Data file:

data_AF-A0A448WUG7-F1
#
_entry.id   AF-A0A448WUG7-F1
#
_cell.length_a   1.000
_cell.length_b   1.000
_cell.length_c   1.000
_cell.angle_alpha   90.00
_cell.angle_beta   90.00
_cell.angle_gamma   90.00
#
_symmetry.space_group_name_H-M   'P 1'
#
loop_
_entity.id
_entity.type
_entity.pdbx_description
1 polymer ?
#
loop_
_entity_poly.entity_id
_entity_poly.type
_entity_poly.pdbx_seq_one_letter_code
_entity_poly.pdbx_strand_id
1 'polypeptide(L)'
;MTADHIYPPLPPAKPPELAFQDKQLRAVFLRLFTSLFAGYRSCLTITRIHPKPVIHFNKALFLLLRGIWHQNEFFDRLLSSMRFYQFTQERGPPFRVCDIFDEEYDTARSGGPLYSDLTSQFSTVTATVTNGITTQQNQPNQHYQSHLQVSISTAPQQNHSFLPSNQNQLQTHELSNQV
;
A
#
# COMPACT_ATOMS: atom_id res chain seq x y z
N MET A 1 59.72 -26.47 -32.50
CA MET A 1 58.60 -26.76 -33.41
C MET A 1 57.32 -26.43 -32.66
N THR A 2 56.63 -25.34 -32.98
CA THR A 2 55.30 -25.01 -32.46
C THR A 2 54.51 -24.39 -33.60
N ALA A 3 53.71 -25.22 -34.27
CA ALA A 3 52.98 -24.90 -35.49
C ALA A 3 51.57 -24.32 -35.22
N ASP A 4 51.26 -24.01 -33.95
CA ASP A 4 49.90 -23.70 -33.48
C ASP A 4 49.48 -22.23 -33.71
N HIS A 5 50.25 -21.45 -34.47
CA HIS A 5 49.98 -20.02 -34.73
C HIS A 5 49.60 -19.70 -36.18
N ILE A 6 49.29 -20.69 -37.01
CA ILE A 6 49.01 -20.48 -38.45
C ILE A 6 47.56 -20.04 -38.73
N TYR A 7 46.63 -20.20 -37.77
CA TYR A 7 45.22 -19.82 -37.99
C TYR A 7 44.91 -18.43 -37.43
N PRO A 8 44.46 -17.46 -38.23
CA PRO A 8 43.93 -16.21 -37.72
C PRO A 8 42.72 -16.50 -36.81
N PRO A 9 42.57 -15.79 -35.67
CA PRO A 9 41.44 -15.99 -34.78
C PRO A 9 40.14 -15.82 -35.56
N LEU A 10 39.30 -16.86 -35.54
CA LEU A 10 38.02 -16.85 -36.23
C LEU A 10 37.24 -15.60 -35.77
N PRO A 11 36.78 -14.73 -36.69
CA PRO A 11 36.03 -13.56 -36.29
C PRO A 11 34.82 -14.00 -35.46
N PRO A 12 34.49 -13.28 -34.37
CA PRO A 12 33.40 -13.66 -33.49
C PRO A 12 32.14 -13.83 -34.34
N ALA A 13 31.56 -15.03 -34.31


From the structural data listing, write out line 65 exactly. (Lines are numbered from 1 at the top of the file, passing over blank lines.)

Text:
CA PRO A 12 33.40 -13.66 -33.49